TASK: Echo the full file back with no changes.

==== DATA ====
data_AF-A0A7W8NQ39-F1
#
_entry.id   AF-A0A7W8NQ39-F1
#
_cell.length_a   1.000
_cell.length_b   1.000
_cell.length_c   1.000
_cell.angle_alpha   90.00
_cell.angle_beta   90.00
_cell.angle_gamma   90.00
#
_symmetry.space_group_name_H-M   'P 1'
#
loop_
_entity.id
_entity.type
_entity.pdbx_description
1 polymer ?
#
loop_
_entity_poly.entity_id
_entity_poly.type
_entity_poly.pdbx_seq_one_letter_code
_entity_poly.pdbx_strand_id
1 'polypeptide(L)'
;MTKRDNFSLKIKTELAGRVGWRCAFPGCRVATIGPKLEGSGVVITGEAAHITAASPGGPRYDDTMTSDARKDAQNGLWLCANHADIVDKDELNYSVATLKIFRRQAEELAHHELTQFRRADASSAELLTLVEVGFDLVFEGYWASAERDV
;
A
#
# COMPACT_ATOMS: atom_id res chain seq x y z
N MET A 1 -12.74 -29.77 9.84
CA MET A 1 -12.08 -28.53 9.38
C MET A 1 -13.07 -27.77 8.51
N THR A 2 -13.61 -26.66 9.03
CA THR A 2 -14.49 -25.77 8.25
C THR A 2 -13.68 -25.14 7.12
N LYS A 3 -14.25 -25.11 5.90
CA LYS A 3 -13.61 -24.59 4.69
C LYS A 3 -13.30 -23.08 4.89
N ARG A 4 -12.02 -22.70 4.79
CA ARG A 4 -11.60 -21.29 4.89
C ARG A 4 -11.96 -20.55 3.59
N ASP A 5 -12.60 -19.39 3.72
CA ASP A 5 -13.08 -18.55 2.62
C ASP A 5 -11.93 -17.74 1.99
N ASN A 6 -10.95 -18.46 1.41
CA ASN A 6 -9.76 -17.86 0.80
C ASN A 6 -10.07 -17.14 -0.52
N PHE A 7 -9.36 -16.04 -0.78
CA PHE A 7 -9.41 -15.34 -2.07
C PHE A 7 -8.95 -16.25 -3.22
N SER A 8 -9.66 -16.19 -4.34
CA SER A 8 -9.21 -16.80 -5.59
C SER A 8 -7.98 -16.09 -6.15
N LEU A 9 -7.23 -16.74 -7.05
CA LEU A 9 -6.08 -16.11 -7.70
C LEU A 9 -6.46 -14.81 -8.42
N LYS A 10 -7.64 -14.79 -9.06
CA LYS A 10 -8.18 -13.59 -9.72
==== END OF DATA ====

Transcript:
data_AF-A0A7W8NQ39-F1
#
_entry.id   AF-A0A7W8NQ39-F1
#
_cell.length_a   1.000
_cell.length_b   1.000
_cell.length_c   1.000
_cell.angle_alpha   90.00
_cell.angle_beta   90.00
_cell.angle_gamma   90.00
#
_symmetry.space_group_name_H-M   'P 1'
#
loop_
_entity.id
_entity.type
_entity.pdbx_description
1 polymer ?
#
loop_
_entity_poly.entity_id
_entity_poly.type
_entity_poly.pdbx_seq_one_letter_code
_entity_poly.pdbx_strand_id
1 'polypeptide(L)'
;MTKRDNFSLKIKTELAGRVGWRCAFPGCRVATIGPKLEGSGVVITGEAAHITAASPGGPRYDDTMTSDARKDAQNGLWLCANHADIVDKDELNYSVATLKIFRRQAEELAHHELTQFRRADASSAELLTLVEVGFDLVFEGYWASAERDV
;
A
#
# COMPACT_ATOMS: atom_id res chain seq x y z
N MET A 1 -12.74 -29.77 9.84
CA MET A 1 -12.08 -28.53 9.38
C MET A 1 -13.07 -27.77 8.51
N THR A 2 -13.61 -26.66 9.03
CA THR A 2 -14.49 -25.77 8.25
C THR A 2 -13.68 -25.14 7.12
N LYS A 3 -14.25 -25.11 5.90
CA LYS A 3 -13.61 -24.59 4.69
C LYS A 3 -13.30 -23.08 4.89
N ARG A 4 -12.02 -22.70 4.79
CA ARG A 4 -11.60 -21.29 4.89
C ARG A 4 -11.96 -20.55 3.59
N ASP A 5 -12.60 -19.39 3.72
CA ASP A 5 -13.08 -18.55 2.62
C ASP A 5 -11.93 -17.74 1.99
N ASN A 6 -10.95 -18.46 1.41
CA ASN A 6 -9.76 -17.86 0.80
C ASN A 6 -10.07 -17.14 -0.52
N PHE A 7 -9.36 -16.04 -0.78
CA PHE A 7 -9.41 -15.34 -2.07
C PHE A 7 -8.95 -16.25 -3.22
N SER A 8 -9.66 -16.19 -4.34
CA SER A 8 -9.21 -16.80 -5.59
C SER A 8 -7.98 -16.09 -6.15
N LEU A 9 -7.23 -16.74 -7.05
CA LEU A 9 -6.08 -16.11 -7.70
C LEU A 9 -6.46 -14.81 -8.42
N LYS A 10 -7.64 -14.79 -9.06
CA LYS A 10 -8.18 -13.59 -9.72